## [12] FALSE  TRUE  TRUE  TRUE FALSE  TRUE FALSE FALSE FALSE FALSE FALSE
## [23] FALSE  TRUE  TRUE FALSE FALSE FALSE FALSE  TRUE FALSE  TRUE FALSE
## [34]  TRUE FALSE FALSE  TRUE  TRUE  TRUE FALSE  TRUE  TRUE FALSE FALSE
## [45] FALSE  TRUE FALSE  TRUE FALSE FALSE

Visualising trees

Once you’ve created an FFTrees object using FFTrees() you can visualize the tree (and ROC curves) using plot(). The following code will visualize the best training tree applied to the test data:

plot(heart.fft,
     main = "Heart Disease",
     decision.labels = c("Healthy", "Disease"))

Specify sensitivity weights with sens.w

In some decision tasks, one might wish to weight the algorithm’s sensitivity differently than its specificity. For example, in cancer diagnosis, one might weight the algorithm’s sensitivity, the probability of detecting true cancer higher than the probability of correctly detecting true non-cancer. In other words, a miss might be more costly than a false-alarm. By default, FFTrees weights these two measures equally. To weight one measure more than the other, include a sensitivity weight sens.w:

# Breast cancer tree without specifying a sensitivity weight
breast.fft <- FFTrees(diagnosis ~.,
                      data = breastcancer)

plot(breast.fft)

This FFT had a sensitivity of 0.93 and a specificity of 0.95.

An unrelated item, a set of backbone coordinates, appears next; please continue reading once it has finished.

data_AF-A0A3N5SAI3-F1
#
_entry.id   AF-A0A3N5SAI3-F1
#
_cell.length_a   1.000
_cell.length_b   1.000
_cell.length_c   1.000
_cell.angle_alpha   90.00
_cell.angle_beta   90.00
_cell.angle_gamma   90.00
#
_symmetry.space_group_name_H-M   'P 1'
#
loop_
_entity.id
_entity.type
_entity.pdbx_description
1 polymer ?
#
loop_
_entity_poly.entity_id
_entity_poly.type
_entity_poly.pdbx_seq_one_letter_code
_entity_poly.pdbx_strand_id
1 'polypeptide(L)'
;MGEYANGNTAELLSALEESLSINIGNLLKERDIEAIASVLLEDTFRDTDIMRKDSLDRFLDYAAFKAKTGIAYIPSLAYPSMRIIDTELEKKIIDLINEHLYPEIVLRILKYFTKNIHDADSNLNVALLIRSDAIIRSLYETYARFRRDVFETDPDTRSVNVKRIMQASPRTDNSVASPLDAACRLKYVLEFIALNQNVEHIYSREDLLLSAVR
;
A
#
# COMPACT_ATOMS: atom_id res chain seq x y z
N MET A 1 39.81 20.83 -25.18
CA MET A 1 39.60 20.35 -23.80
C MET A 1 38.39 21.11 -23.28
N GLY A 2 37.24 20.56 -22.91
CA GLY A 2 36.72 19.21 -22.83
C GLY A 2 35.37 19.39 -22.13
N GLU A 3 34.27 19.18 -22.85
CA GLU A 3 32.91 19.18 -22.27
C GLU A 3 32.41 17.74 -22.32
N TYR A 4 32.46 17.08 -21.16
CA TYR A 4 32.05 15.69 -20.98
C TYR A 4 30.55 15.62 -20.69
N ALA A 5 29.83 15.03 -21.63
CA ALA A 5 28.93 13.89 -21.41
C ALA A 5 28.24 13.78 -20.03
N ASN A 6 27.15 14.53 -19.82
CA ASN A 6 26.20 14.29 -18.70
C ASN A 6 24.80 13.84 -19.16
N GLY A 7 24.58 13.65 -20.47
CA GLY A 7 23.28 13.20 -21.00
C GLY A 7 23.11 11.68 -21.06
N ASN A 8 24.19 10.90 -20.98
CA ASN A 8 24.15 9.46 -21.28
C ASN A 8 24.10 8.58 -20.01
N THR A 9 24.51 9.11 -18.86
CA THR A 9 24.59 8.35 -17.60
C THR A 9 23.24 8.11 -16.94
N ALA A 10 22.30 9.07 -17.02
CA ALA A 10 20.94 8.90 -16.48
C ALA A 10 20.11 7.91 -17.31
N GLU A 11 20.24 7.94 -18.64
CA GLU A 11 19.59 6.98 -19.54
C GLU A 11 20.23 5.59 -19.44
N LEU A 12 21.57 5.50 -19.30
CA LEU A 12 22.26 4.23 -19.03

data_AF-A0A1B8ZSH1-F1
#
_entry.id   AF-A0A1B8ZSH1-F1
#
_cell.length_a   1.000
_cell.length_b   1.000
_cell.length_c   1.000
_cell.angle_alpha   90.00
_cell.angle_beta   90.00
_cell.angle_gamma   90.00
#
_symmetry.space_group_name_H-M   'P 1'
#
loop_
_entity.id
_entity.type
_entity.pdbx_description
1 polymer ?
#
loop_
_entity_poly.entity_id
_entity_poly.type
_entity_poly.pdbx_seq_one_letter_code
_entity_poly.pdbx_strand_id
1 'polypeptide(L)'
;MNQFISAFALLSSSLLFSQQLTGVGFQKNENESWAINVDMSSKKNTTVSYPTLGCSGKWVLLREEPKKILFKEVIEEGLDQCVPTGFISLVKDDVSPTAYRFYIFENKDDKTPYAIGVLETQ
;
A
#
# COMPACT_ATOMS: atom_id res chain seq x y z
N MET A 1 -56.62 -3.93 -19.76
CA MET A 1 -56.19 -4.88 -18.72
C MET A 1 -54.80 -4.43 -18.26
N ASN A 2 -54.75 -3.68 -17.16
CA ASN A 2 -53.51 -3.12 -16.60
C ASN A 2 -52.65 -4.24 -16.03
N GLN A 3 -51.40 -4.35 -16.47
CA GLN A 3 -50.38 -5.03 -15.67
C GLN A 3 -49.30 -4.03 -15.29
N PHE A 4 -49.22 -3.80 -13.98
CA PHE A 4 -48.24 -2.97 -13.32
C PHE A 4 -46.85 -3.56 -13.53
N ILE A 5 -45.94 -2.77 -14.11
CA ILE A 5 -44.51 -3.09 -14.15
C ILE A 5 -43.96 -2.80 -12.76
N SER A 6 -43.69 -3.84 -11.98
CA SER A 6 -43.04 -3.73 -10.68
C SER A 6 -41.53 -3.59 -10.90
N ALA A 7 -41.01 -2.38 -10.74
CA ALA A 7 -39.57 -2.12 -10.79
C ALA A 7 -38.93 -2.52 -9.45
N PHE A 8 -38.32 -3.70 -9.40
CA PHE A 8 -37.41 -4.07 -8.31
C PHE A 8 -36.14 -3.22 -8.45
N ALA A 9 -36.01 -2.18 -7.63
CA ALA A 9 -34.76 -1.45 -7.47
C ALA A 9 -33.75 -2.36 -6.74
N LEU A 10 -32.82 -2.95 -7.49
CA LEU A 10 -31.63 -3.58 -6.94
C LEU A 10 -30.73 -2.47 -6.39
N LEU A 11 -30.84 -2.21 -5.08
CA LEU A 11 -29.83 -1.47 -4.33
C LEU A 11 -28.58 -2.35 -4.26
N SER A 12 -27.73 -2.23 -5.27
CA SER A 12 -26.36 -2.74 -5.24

Now, let’s create a new FFTrees object and specify a desired sensitivity weight of .7:

# Breast cancer tree with a sensitivity weight of .7
breast2.fft <- FFTrees(diagnosis ~.,
                      data = breastcancer,
                      sens.w = .7)

plot(breast2.fft)

The sensitivity for this FFT is a bit higher at 0.98, however, it came at a cost of a lower specificity of 0.85

Define an FFT manually with my.tree

You can also define a specific FFT to apply to a dataset using the my.tree argument. To do so, specify the FFT as a sentence, making sure to spell the cue names correctly as the appear in the data. Specify sets of factor cues using brackets. In the example below, I’ll manually define an FFT using the sentence "If chol > 300, predict True. If thal = {fd,rd}, predict False. Otherwise, predict True"

# Define a tree manually using the my.tree argument
myheart.fft <- FFTrees(diagnosis ~., 
                       data = heartdisease, 
                       my.tree = "If chol > 300, predict True. If thal = {fd,rd}, predict False. Otherwise, predict True")

# Here is the result
plot(myheart.fft, 
     main = "Specifying an FFT manually")